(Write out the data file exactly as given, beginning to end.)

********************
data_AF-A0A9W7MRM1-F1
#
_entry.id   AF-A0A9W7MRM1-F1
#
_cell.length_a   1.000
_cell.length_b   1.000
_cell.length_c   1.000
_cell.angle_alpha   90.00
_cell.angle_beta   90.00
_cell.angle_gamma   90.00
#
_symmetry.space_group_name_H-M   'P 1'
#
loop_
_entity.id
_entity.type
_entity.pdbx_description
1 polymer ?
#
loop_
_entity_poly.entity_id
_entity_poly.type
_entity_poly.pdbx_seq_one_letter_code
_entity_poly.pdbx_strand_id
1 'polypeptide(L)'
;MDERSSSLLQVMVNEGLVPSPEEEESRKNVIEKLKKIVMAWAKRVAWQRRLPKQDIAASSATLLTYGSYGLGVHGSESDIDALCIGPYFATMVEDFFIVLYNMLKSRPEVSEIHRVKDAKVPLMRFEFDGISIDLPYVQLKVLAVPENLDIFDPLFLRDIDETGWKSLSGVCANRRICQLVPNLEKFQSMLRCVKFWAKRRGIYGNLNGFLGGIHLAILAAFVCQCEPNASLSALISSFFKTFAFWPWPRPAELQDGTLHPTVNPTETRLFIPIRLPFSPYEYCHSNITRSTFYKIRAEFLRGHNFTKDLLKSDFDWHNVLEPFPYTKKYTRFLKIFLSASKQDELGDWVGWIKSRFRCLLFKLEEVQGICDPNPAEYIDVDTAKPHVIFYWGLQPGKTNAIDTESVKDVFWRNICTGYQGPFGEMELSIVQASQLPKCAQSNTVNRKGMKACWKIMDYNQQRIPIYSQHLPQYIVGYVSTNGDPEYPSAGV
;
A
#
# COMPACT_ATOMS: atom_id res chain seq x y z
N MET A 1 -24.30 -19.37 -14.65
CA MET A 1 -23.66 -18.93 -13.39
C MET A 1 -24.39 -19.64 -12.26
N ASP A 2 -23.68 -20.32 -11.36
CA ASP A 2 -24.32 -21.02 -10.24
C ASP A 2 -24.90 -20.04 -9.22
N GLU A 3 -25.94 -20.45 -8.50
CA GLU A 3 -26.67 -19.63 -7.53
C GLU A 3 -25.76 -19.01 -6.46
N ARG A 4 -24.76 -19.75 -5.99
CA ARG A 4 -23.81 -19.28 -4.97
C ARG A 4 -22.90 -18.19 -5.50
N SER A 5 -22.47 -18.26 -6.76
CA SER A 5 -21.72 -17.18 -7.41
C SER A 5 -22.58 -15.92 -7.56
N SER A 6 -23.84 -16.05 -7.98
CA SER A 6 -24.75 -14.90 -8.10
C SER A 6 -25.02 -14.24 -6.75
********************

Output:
data_AF-A0A9W7MRM1-F1
#
_entry.id   AF-A0A9W7MRM1-F1
#
_cell.length_a   1.000
_cell.length_b   1.000
_cell.length_c   1.000
_cell.angle_alpha   90.00
_cell.angle_beta   90.00
_cell.angle_gamma   90.00
#
_symmetry.space_group_name_H-M   'P 1'
#
loop_
_entity.id
_entity.type
_entity.pdbx_description
1 polymer ?
#
loop_
_entity_poly.entity_id
_entity_poly.type
_entity_poly.pdbx_seq_one_letter_code
_entity_poly.pdbx_strand_id
1 'polypeptide(L)'
;MDERSSSLLQVMVNEGLVPSPEEEESRKNVIEKLKKIVMAWAKRVAWQRRLPKQDIAASSATLLTYGSYGLGVHGSESDIDALCIGPYFATMVEDFFIVLYNMLKSRPEVSEIHRVKDAKVPLMRFEFDGISIDLPYVQLKVLAVPENLDIFDPLFLRDIDETGWKSLSGVCANRRICQLVPNLEKFQSMLRCVKFWAKRRGIYGNLNGFLGGIHLAILAAFVCQCEPNASLSALISSFFKTFAFWPWPRPAELQDGTLHPTVNPTETRLFIPIRLPFSPYEYCHSNITRSTFYKIRAEFLRGHNFTKDLLKSDFDWHNVLEPFPYTKKYTRFLKIFLSASKQDELGDWVGWIKSRFRCLLFKLEEVQGICDPNPAEYIDVDTAKPHVIFYWGLQPGKTNAIDTESVKDVFWRNICTGYQGPFGEMELSIVQASQLPKCAQSNTVNRKGMKACWKIMDYNQQRIPIYSQHLPQYIVGYVSTNGDPEYPSAGV
;
A
#
# COMPACT_ATOMS: atom_id res chain seq x y z
N MET A 1 -24.30 -19.37 -14.65
CA MET A 1 -23.66 -18.93 -13.39
C MET A 1 -24.39 -19.64 -12.26
N ASP A 2 -23.68 -20.32 -11.36
CA ASP A 2 -24.32 -21.02 -10.24
C ASP A 2 -24.90 -20.04 -9.22
N GLU A 3 -25.94 -20.45 -8.50
CA GLU A 3 -26.67 -19.63 -7.53
C GLU A 3 -25.76 -19.01 -6.46
N ARG A 4 -24.76 -19.75 -5.99
CA ARG A 4 -23.81 -19.28 -4.97
C ARG A 4 -22.90 -18.19 -5.50
N SER A 5 -22.47 -18.26 -6.76
CA SER A 5 -21.72 -17.18 -7.41
C SER A 5 -22.58 -15.92 -7.56
N SER A 6 -23.84 -16.05 -7.98
CA SER A 6 -24.75 -14.90 -8.10
C SER A 6 -25.02 -14.24 -6.75